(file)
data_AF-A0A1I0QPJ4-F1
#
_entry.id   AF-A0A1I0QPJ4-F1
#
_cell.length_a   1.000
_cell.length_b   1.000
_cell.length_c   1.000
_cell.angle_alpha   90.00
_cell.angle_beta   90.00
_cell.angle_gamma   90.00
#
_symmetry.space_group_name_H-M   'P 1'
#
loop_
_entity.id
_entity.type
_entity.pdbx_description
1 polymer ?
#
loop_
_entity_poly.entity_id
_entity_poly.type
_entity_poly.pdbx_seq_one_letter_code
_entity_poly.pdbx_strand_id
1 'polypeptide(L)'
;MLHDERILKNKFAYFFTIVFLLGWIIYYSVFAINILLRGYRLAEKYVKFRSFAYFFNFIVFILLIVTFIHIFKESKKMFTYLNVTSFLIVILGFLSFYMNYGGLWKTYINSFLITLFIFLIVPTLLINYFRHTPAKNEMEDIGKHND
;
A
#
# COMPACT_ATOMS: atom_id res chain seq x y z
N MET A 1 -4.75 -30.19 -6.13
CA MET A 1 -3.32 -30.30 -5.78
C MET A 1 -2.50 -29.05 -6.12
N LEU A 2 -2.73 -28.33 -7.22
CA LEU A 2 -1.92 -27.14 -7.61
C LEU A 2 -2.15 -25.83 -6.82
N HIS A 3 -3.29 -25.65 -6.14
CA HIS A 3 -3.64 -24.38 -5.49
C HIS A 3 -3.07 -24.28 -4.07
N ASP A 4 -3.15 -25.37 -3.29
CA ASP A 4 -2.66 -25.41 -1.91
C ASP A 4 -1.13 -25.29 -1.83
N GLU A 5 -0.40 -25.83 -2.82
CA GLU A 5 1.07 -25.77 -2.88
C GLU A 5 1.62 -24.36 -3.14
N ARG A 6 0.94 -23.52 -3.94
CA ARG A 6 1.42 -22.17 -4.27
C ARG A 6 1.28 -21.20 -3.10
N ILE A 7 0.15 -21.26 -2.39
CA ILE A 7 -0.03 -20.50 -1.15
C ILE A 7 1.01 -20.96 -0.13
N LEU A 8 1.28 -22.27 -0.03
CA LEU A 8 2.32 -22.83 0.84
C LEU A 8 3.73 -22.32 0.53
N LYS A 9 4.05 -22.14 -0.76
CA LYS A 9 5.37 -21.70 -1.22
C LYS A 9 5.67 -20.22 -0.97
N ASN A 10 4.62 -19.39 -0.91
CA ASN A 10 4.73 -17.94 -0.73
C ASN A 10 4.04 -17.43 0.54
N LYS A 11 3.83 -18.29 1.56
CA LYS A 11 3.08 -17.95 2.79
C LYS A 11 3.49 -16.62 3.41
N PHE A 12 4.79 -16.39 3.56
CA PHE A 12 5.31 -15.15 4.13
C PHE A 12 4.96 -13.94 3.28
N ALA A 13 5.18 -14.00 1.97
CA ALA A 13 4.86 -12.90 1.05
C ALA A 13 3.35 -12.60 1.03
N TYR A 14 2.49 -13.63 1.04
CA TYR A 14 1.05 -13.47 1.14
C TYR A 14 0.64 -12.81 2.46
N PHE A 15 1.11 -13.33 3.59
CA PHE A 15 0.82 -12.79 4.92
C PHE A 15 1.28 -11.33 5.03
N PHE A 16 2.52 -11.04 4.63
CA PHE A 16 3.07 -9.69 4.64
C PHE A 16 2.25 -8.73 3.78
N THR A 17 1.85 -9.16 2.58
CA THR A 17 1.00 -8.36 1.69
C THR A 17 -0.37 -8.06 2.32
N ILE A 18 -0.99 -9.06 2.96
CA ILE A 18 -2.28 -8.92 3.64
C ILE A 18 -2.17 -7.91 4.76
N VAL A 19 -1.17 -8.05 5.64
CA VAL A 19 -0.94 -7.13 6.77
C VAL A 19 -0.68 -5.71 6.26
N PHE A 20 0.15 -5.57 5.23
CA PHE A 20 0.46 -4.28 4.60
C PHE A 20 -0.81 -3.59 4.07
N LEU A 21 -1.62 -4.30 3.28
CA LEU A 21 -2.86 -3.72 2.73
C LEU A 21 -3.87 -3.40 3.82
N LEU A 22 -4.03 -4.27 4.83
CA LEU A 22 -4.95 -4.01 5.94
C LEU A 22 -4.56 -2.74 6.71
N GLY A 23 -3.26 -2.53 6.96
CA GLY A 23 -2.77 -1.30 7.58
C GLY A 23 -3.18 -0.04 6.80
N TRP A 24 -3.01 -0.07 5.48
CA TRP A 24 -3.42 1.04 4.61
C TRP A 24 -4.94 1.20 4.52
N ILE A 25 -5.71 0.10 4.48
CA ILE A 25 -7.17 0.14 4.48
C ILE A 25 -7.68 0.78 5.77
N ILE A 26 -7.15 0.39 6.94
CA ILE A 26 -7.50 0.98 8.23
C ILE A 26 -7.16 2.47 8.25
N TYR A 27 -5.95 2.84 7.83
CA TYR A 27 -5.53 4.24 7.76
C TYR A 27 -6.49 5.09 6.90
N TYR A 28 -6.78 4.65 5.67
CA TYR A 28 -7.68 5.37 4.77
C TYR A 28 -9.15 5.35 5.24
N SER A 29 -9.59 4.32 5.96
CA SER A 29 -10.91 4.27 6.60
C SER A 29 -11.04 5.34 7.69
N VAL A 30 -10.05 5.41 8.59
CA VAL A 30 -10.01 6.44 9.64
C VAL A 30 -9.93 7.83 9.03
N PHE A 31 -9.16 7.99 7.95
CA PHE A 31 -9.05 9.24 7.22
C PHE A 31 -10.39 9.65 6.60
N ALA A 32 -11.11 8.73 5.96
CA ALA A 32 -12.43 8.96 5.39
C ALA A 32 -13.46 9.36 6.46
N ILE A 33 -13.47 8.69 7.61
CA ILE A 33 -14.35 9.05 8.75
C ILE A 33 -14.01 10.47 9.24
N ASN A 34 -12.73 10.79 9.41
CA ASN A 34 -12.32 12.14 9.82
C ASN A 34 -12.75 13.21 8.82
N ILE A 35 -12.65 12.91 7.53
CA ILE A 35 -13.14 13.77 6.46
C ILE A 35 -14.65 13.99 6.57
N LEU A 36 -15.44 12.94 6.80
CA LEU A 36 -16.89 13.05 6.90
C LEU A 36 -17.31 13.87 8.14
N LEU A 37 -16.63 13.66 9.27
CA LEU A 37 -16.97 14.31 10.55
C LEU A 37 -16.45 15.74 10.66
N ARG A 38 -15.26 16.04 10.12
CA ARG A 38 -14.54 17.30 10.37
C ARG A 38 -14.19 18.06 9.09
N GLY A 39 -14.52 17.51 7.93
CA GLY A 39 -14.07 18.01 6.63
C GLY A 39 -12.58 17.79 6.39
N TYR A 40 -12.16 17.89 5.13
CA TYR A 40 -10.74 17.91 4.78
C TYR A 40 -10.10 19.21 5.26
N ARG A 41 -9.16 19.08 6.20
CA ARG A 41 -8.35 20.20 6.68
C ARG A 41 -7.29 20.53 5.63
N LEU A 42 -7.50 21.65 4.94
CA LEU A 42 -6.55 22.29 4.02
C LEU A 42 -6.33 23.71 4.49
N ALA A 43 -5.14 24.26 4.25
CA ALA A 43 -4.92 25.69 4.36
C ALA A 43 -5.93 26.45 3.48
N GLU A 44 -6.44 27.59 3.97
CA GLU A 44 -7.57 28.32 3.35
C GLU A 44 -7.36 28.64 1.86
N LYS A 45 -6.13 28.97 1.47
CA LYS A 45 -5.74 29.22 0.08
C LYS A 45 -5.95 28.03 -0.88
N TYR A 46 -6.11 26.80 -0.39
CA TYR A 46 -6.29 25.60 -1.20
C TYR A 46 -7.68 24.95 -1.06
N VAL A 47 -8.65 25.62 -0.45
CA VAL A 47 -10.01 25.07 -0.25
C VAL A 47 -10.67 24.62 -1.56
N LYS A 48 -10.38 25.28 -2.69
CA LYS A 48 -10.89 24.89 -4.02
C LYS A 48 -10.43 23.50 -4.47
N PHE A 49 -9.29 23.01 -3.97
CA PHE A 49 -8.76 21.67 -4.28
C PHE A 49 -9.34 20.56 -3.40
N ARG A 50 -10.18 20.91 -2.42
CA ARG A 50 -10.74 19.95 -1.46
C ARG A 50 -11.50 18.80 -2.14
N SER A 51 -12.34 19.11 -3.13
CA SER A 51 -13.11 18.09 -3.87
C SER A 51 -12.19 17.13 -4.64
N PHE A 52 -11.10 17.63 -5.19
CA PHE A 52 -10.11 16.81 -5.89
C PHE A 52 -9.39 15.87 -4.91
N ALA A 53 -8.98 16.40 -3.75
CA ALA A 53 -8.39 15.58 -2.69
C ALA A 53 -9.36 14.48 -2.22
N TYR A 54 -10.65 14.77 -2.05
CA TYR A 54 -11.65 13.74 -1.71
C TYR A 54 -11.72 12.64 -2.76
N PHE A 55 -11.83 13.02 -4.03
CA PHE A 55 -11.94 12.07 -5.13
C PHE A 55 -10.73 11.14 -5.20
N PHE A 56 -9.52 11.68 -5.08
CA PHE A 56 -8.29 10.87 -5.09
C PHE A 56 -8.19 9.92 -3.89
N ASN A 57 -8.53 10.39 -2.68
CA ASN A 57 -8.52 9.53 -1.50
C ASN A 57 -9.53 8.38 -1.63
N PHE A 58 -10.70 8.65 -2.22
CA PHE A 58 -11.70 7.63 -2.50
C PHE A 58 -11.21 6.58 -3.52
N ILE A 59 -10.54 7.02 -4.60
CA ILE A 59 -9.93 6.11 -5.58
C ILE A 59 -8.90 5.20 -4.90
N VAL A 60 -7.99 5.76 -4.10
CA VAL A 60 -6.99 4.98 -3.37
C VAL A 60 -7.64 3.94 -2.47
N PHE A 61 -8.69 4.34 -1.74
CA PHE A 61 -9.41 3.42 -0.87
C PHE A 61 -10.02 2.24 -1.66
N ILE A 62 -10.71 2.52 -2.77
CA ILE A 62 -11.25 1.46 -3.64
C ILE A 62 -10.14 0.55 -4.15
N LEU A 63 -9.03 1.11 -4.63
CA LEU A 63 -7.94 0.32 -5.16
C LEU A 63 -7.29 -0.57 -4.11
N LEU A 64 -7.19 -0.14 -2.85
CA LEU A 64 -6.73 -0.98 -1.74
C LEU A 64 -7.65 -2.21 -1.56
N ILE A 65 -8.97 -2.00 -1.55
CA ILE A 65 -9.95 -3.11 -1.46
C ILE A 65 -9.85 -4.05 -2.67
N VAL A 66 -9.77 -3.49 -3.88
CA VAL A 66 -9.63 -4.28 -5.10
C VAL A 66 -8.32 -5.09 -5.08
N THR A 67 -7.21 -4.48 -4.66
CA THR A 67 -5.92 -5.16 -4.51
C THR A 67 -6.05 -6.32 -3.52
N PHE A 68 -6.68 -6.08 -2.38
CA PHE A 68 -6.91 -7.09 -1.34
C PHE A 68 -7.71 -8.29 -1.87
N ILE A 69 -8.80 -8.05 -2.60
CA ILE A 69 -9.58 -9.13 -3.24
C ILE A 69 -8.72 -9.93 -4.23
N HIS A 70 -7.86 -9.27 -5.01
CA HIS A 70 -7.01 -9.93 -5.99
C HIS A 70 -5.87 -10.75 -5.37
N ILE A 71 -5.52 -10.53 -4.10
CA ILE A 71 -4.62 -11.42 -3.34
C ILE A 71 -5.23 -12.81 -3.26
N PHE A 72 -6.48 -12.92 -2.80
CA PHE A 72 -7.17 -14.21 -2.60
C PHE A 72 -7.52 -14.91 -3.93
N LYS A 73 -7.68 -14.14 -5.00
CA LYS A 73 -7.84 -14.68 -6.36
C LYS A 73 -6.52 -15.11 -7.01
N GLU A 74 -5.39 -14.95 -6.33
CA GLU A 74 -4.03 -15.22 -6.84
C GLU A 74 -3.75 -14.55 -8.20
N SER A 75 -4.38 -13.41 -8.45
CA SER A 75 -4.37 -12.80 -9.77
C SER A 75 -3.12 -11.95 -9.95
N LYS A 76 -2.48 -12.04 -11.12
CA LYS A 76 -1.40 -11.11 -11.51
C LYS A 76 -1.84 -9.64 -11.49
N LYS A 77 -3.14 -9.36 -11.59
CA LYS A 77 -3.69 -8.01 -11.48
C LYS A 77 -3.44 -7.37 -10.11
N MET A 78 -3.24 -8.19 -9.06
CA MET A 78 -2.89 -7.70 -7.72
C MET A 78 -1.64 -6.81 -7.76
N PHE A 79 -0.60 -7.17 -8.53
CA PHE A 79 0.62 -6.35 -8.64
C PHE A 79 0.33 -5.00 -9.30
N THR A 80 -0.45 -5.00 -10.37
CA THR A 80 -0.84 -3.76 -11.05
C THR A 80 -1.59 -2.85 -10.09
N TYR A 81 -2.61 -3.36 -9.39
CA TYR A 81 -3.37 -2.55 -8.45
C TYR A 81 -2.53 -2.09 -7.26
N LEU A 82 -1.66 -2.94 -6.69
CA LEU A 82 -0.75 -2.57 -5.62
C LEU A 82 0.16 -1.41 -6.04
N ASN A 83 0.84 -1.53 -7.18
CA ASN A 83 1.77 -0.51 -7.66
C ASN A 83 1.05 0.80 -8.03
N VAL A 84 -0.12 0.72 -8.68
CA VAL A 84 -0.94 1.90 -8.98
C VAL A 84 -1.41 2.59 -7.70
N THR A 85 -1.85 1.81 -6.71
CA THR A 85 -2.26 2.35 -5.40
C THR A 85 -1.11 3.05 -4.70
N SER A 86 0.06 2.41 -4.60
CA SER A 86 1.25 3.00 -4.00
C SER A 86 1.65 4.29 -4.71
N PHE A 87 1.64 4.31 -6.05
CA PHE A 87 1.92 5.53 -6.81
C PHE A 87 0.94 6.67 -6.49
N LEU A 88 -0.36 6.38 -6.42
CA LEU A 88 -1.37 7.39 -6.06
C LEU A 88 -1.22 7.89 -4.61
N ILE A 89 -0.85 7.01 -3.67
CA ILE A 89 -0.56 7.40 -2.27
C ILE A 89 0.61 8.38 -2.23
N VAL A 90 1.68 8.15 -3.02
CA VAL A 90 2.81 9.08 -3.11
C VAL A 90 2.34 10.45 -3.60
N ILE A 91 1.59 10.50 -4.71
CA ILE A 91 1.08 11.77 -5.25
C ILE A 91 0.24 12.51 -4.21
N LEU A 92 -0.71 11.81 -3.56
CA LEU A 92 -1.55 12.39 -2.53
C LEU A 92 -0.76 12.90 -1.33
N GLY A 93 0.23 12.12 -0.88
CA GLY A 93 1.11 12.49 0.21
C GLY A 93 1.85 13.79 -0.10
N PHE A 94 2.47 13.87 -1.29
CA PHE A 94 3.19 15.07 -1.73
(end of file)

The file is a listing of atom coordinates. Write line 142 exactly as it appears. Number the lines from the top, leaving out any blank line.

N ARG A 38 -15.26 16.04 10.12